The barefoot and minimalist running shoe movement has gained momentum over the last few years but whether it’s best to go shoed or shoeless still remains one of the most hotly contested topics in running circles. Let’s look at the pros and cons:


  • One of the main arguments for barefoot and minimalist shoe running is that the support and cushioning that modern running shoes provide have caused our feet to become lazy. Running with little or no support can therefore help to strengthen the intrinsic muscles, tendons and ligaments of the foot.
  • Running barefoot or in minimalist shoes generally encourages a mid-foot or forefoot landing rather than heel striking. A mid-foot strike is thought to be optimal for distance runners as it’s the most biomechanically efficient. Heel striking is the result of your feet landing in front of your hips and causes an unnecessary braking action on every stride so you’re not making the most of that forward momentum.
  • Without or with very limited cushioning and support in a shoe the intrinsic muscles in the feet as well as those in the ankles and lower legs are activated. This results in better balance and proprioception – your body’s ability to sense movement and the position of your joints and limbs.


  • When running, the impact that your body has to absorb with every stride is huge; up to eight times your bodyweight. Clearly the cushioning offered by running shoes helps to absorb some of this shock and therefore going barefoot or using a minimalist shoe requires the soft tissues and bones in the feet, ankles, legs, hips and even spine to absorb this impact. This can lead to overuse injuries such as Achilles tendonitis, shin splints and stress fractures.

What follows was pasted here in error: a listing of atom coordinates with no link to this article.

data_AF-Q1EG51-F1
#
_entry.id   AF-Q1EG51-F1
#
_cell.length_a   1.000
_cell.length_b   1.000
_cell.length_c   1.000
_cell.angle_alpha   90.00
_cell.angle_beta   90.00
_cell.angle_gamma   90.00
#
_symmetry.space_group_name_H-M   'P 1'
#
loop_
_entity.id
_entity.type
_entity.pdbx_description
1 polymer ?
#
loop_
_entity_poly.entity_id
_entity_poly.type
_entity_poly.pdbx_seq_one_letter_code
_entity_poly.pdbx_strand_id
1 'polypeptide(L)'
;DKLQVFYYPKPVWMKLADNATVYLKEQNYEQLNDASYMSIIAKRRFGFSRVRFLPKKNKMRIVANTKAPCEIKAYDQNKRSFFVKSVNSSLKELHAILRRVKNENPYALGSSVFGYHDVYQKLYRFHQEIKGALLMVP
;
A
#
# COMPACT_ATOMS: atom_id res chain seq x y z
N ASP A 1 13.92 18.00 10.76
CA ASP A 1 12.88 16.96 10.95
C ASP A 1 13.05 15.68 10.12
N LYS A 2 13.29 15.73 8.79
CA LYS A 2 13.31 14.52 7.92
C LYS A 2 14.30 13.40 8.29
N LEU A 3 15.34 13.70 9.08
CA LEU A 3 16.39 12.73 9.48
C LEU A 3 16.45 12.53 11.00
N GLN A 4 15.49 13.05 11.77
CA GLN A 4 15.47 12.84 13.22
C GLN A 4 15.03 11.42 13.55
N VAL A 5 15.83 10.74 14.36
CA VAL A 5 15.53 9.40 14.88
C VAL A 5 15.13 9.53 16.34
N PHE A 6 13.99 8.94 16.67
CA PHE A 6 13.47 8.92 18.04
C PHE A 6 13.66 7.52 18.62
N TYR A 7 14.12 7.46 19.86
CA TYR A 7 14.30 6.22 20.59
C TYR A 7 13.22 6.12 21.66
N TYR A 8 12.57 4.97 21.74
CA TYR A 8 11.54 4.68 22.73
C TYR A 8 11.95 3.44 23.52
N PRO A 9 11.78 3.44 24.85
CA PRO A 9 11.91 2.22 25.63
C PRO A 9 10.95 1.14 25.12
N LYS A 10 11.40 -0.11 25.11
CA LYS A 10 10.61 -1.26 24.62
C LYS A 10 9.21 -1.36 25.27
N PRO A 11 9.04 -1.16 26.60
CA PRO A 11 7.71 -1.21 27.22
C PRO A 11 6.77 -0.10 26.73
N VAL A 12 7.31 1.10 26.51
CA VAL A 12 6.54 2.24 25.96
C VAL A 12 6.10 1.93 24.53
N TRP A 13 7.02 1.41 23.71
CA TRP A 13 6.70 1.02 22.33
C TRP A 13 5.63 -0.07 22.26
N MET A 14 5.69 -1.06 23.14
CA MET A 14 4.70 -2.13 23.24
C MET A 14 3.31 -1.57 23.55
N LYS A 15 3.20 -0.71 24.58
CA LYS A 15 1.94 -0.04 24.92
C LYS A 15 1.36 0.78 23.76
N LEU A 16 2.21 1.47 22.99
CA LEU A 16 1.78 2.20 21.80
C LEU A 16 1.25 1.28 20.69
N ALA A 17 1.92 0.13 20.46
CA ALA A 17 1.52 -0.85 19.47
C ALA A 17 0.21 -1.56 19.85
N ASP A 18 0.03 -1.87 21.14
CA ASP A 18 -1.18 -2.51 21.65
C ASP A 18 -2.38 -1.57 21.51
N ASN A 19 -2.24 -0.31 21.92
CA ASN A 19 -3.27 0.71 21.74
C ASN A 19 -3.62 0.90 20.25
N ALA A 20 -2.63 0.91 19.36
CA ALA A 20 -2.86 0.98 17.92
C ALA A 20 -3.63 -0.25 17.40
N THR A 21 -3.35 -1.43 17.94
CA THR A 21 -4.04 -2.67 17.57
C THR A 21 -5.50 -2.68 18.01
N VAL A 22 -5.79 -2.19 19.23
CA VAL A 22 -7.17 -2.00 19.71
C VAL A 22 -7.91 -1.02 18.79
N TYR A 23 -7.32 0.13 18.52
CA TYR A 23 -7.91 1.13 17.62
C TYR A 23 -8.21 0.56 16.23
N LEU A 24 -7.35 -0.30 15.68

• The stiff soles of running shoes help to protect and support the plantar fascia , which is the strong band of connective tissue that lines the bottom of the foot. By going barefoot or wearing a minimalist shoe, there is a risk that your plantar fascia will become over-worked or strained, leading to troublesome plantar fasciitis.
  • If you’ve historically worn running shoes then the likelihood is that the skin on the soles of your feet is relatively soft. Running barefoot or in minimalist shoes will requires this skin to harden up so you can probably expect some blisters initially.
  • As a result of the injury risks associated with running barefoot or in minimalist shoes it requires a gradual adaptation. If you make the switch and start doing all of your mileage with little or no cushioning or support, you’ll be asking for trouble. A successful switch could take weeks or even months, which not all runners have the patience for!
  • It sounds obvious but running shoes will protect your feet from nasties on the pavement and trails such as sharp stones and glass. They also provide additional grip in wet and icy conditions .